Can you use that image?
Updated: Aug 6
These days, it's all about content. Having an online presence and producing content for a cyber audience is highly important for any brand. Content can make or break a brand- and so can the images we use.
Under copyright law in the United States, every image, video, and song created by someone is automatically protected. This means that nobody can use such an image in their content without permission from the owner or creator.
The tricky thing about this law is that an image's legal eligibility for use is open for the user to decide. All of the images, songs, videos, and creative assets are out there on the web, and with the click of a button, they can be used to enhance content. It can be very tempting to use a captivating image when it appears before us: it could be incorporated into our own article to catch the eyes of audiences or edited into a video to help tell a story. But be wary of this appealing path, as copyrighted images are the forbidden fruit of content! The consequences of violating copyright are serious and could result in thousands of dollars in fines for each infringement.
My Copyright Scare
In 2010, I received a phone call from my company's attorney, asking me about an image used in our marketing materials. I started to realize that he wasn't just asking about it- he was indicating that we did not have the right to use this image. My heart skipped a beat, or twenty. I quickly asked him to send me a copy of the photo he was referring to and began to look into the situation. Come to find out, the image was used in a newsletter that we purchased rights for content with a third-party company, and it ended up being a non-issue. However, since that experience, I have become extremely cautious when selecting photos for marketing materials.
How To Use Images In Content and Protect Yourself In The Business
It's important to use images in content while still protecting yourself. There are a few key steps you can take before publishing an image in your content to decrease the risk of copyright infringement and mitigate any financial and professional losses.
Research and Do the Work
A lot of copyright issues can actually be avoided through a minimal amount of research and communication. Before using an image, do your due diligence and make sure you can legally use your assets. This means no shortcuts! Don't try to crop the image, and hope it will work. There is data stored in images that make it easy to detect online, so you will be caught as a result. Check the corners of the image for a watermark indicating its ownership status. Check the image's metadata for information on ownership and credentials. Sometimes you can even find details about the image creator or copyright owner in a caption. This might contain a website or email address which can be used to contact the owner about using the image under a user agreement. Some artists will simply ask for credit, by listing their name or source somewhere in your publication. Your online source can provide you with instructions on how to list the credit for the various applications, whether for website, social, or print.
Read The Fine Print
Become Familiar with Legal Terms
Innocent copyright mistakes happen, but the lack of malicious intent won't excuse you from legal ramifications. A lack of legal awareness could be a determinant of your ability to use images in your work properly. Arm yourself with the knowledge to protect yourself from copyright accidents.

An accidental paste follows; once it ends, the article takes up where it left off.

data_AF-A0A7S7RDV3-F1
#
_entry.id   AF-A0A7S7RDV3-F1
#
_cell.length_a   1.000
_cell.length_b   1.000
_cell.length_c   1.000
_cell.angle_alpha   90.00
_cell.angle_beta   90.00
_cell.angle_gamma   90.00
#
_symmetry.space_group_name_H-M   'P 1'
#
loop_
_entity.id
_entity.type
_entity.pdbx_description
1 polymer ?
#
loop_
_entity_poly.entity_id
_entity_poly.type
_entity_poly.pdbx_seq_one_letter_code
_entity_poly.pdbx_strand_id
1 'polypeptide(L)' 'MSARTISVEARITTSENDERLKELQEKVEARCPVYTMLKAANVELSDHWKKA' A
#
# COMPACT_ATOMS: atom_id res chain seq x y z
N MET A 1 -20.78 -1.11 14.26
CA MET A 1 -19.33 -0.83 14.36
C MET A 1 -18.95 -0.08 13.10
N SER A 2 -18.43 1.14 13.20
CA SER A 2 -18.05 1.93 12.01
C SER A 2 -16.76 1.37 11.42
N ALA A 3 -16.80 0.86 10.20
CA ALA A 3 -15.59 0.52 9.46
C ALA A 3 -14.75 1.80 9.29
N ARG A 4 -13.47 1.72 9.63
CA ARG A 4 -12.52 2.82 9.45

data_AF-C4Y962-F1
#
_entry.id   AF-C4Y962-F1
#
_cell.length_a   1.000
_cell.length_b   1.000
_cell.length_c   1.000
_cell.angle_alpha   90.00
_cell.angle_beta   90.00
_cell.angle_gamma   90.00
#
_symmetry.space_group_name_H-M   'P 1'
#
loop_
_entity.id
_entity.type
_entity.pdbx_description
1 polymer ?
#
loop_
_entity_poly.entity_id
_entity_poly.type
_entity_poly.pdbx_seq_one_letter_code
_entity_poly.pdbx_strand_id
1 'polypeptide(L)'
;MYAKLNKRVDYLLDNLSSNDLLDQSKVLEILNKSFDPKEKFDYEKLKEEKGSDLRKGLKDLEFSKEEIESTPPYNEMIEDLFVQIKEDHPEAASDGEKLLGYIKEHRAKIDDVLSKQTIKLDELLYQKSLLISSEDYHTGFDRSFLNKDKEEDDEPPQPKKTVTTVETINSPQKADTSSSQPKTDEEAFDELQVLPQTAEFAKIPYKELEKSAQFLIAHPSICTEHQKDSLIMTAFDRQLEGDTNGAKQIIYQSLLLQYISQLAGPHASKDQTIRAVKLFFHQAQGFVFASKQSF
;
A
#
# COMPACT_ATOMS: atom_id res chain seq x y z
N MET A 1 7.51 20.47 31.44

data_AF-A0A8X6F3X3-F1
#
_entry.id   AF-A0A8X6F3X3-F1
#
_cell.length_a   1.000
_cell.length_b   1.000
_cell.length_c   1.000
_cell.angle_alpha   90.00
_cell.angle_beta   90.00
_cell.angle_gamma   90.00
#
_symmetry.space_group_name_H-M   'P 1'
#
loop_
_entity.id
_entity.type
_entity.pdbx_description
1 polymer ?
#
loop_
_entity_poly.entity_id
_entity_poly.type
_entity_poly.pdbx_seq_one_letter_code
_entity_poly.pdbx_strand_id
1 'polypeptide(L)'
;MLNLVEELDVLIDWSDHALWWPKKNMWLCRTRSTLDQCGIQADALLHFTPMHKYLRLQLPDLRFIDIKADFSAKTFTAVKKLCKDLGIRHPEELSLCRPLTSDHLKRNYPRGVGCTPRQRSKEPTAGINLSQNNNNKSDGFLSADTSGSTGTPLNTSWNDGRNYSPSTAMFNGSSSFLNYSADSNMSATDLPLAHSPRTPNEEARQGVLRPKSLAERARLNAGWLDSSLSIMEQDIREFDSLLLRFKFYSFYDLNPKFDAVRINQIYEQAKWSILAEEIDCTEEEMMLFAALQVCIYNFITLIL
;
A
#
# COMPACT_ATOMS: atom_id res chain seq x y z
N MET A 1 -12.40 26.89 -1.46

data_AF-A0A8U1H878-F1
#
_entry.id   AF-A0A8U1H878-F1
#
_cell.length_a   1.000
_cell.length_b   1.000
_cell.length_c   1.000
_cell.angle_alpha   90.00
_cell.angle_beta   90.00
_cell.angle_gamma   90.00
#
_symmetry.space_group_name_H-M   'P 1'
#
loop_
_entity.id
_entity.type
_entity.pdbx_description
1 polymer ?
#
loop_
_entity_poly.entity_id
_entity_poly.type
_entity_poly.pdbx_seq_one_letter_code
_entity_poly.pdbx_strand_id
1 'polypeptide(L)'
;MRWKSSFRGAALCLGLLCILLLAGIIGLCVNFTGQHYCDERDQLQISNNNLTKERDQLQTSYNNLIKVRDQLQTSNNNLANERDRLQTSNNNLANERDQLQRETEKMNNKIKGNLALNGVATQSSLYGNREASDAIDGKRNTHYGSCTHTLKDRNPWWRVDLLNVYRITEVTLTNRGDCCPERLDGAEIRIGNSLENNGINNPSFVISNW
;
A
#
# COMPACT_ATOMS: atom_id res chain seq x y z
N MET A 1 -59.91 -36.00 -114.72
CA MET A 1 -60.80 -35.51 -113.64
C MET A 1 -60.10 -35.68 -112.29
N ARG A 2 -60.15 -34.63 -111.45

Copyright: Be aware of the @ symbol and its meaning. Work that displays this symbol is protected. Pro Tip: Treat each image as a @copyrighted image, then explore deeper to see if you have permission to use it.
Creative Commons (CC): Creative Commons allows the creator to decide which rights they would like to retain and which rights they are willing to transfer.
Attribution: A creative work whose creator allows you to use their creation as long as you give credit back to the creator.
Non-Commercial: Creative work that cannot be used exclusively for business or monetary purposes.
Derivative or Share-Alike or Copyleft: Parts of the original creative work are used in a different creation. That new creation MUST be licensed in the same way the original work was licensed.
No Rights Reserved (CCO): The artist has chosen to retain no rights to their creative work.
Editorial Use: Content that can ONLY be used for editorial purposes, like a blog article or a newsletter. This kind of content cannot be used in social media posts, packaging, or other applications.
When In Doubt, Bring the Stock Photos Out
The simplest, most straightforward way to avoid copyright issues is to not use copyrighted images at all. If you create an original photo or use a stock photo, this eliminates any questions or doubts about its eligibility for use. Sure, stock photos cost more than simply downloading an image and uploading it to your blog, but the extra 25 bucks pales in comparison to a $100,000+ fine for copyright infringement. Purchase content from a reputable organization that sells stock creative assets, such as iStock Photo. Artists license their images to stock photo companies like this in order to sell their work and make a living. Some artists even disperse their work for free on sites like Pixabay and Pexels.
There are so many useful options for gathering resources to produce content, so please, don't get caught up in a copyright debacle. Use images in content the right way and avoid the hassle. Creating quality content that informs and inspires can be tricky enough without maneuvering through the murky waters of copyright law. If you're in need of guidance or assistance in content creation, Imagine Business Solutions is the answer. Contact us today to begin your content creation journey- and we'll schedule a planning call to set the project in motion!